We use an agile, iterative strategy while building the prototype’s functionality, in continuous discussion with curators. We prioritize the features that are needed first, while we maintain a balance to keep the web app generic enough for next use cases. The SciCura prototype currently features one curation room where six people can simultaneously curate DbTFs, their regulation effect, target gene, and experimental details.

We loaded the back-end database with various dictionaries and ontologies needed for the task. As these can be incomplete (e.g. Cell Type), new terms can be added ad-hoc and then reused, and are flagged.

Each curation statement is linked to the original paper, here simply via PubMed ID. We added a place to put the ‘original sentence’ from which information was extracted, even though facts were often inferred from several parts of text and figures. Curators started using this place to communicate: comments on interpretation, flagging if re-checked yet. This shows a user need to develop social and other features around curated sentences.

1) An early version of the curation room:

2) One of five current templates, larger to hold additional details; and an autocomplete list:

3) A selection from 5000+ curated sentences; under an input box with 5 selectable templates:

Our users testify they don’t find the trident structures difficult at all. In fact, they are excited about all the complexity they can now handle  in such an elegant manner,  allowing them to focus on the biology, and avoiding tedious and error-prone entry sheets.

The current prototype can generate output of relevant parts of information to established databases like GO and IntAct. We built a graph-query algorithm that can fish out any matching pattern or sub-pattern of terms and connectors in all VSM-sentences. Then we wrote output-scripts to gather, combine and reformat relevant sets of information.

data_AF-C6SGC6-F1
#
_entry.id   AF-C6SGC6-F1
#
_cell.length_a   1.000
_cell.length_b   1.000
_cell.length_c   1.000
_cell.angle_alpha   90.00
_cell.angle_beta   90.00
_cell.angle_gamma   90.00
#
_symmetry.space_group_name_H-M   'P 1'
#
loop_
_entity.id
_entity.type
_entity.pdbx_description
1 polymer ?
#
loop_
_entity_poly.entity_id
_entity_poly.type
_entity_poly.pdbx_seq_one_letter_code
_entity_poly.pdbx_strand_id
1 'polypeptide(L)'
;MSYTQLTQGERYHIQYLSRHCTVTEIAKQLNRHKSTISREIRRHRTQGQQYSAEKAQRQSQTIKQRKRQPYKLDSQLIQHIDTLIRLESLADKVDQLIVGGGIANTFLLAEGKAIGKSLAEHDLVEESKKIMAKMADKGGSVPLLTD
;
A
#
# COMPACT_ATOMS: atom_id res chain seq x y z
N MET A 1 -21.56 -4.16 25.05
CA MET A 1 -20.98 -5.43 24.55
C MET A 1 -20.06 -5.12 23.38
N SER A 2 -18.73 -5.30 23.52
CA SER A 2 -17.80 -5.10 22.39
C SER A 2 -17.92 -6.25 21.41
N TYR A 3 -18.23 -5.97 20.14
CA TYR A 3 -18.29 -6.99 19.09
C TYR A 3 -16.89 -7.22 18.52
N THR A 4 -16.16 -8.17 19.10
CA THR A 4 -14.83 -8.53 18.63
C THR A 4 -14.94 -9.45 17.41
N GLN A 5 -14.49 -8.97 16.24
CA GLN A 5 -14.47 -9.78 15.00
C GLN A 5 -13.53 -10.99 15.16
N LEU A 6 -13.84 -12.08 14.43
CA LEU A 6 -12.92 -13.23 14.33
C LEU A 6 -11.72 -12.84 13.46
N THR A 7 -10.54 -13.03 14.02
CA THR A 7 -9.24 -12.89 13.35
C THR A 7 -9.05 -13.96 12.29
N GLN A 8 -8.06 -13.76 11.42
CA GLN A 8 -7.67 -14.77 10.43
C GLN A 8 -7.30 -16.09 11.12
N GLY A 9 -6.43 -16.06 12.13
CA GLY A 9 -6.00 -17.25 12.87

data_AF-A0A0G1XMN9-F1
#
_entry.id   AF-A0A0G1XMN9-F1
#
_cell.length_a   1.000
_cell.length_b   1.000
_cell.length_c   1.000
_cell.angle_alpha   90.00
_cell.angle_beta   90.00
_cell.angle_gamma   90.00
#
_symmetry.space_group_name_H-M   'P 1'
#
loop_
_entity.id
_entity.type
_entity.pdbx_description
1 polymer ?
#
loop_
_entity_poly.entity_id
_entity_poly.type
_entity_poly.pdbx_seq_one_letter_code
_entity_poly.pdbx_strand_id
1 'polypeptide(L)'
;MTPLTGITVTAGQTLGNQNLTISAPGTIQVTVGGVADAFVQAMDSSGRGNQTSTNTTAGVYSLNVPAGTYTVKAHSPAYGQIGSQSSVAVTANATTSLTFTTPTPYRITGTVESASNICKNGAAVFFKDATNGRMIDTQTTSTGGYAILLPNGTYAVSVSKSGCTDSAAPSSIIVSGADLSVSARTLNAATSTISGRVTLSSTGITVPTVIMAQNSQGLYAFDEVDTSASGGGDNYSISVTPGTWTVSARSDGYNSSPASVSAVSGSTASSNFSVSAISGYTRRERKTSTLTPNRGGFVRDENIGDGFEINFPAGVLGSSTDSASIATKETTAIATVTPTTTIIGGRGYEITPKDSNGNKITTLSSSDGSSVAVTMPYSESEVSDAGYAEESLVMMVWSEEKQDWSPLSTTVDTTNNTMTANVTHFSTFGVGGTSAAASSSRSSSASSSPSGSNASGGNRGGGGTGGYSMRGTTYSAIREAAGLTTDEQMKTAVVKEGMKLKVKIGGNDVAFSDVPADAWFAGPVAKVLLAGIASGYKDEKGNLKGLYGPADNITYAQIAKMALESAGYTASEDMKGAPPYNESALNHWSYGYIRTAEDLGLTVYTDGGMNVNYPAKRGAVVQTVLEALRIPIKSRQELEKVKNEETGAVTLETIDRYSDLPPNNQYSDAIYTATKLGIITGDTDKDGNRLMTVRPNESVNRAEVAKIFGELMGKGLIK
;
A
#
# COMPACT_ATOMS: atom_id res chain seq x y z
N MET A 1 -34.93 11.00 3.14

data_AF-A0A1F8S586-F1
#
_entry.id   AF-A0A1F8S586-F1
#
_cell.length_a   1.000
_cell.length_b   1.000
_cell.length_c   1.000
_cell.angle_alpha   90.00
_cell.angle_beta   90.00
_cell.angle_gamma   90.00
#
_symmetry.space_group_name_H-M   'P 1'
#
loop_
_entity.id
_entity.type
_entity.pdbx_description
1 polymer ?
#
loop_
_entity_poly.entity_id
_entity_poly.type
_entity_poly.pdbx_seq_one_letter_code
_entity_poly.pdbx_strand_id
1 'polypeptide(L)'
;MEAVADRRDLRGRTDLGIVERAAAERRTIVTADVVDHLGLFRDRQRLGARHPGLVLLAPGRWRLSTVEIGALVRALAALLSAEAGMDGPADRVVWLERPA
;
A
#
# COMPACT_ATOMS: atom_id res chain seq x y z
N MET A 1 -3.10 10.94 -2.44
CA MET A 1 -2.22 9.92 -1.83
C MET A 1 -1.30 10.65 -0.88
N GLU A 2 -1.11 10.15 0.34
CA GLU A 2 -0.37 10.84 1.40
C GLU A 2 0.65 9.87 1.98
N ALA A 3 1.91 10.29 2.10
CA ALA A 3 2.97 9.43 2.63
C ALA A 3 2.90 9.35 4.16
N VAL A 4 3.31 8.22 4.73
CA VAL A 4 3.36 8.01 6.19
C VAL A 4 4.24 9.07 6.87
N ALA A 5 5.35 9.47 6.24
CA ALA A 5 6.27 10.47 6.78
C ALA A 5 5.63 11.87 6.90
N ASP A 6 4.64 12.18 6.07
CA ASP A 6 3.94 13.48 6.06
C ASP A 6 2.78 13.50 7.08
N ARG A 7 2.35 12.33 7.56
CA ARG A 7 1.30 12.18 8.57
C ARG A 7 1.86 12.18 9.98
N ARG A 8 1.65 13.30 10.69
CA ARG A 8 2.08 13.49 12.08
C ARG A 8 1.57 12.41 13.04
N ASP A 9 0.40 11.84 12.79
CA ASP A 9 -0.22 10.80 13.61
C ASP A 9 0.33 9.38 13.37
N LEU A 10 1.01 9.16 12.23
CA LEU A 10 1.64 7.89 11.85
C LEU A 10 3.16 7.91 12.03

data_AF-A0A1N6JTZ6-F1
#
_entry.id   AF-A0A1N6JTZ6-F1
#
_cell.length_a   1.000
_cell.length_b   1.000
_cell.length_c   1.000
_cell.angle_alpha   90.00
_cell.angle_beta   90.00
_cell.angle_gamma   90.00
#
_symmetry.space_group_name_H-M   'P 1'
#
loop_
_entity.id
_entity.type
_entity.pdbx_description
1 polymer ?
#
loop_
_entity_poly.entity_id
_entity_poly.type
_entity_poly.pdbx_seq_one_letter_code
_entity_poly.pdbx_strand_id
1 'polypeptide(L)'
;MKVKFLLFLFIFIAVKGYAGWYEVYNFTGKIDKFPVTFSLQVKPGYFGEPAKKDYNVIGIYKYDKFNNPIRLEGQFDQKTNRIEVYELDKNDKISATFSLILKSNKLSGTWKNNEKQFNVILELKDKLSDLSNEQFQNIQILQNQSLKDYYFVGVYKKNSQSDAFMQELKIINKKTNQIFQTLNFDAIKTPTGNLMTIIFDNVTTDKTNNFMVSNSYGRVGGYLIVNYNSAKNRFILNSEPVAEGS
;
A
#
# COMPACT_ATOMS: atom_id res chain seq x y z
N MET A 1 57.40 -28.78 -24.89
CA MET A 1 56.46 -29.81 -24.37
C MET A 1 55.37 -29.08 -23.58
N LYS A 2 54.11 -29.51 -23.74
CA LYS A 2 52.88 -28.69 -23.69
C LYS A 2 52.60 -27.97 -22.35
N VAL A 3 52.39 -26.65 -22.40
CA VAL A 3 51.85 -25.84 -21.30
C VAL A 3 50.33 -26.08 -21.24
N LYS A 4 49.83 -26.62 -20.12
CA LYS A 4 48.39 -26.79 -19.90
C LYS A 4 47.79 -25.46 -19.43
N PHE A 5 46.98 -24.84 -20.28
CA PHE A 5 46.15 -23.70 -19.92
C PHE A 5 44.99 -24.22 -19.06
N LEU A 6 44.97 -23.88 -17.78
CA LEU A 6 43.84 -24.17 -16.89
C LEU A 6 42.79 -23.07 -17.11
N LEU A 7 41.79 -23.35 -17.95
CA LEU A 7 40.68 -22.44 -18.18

1) Selection of output scripts:

2a) Output results for IntAct:
(And look at the horizontal slider. The script generated the many required columns, while the user only had to fill in a few autocompleted blanks in a template VSM-sentence!) :

2b) Output results for GO (and the grey rows are were automatically inferred by combining information from two VSM-sentence) :




4. A to-do list

A selection of things that definitely need to be done to fully get from SciCura v1 to v2 :
(see also the Discussion’s Roadmap) :






That was a quick preview!
So much has been done.  So much more still needs to be done to make SciCura v2 happen.

As said, more proper text may or may not follow later, depending on available resources.





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    Blue notes list:

  1. 1 Sounds like a business idea, not?
    It’s unfortunate for science and society (and our energy), that we couldn’t reach anyone yet with the vision or ambition to fund it. Yet!
    Then again, the purpose of this site is to reach people on a larger scale. To communicate more efficiently than with one person at a time (during a typical ‘intro’ meeting that often turns out hours longer than planned because people get so interested and involved).
  2. 2 And I’m a software developer at heart. After hours of writing and rewriting text, my mental batteries are drained. While after hours of programming, I often feel more hungry to solve all the next challenges!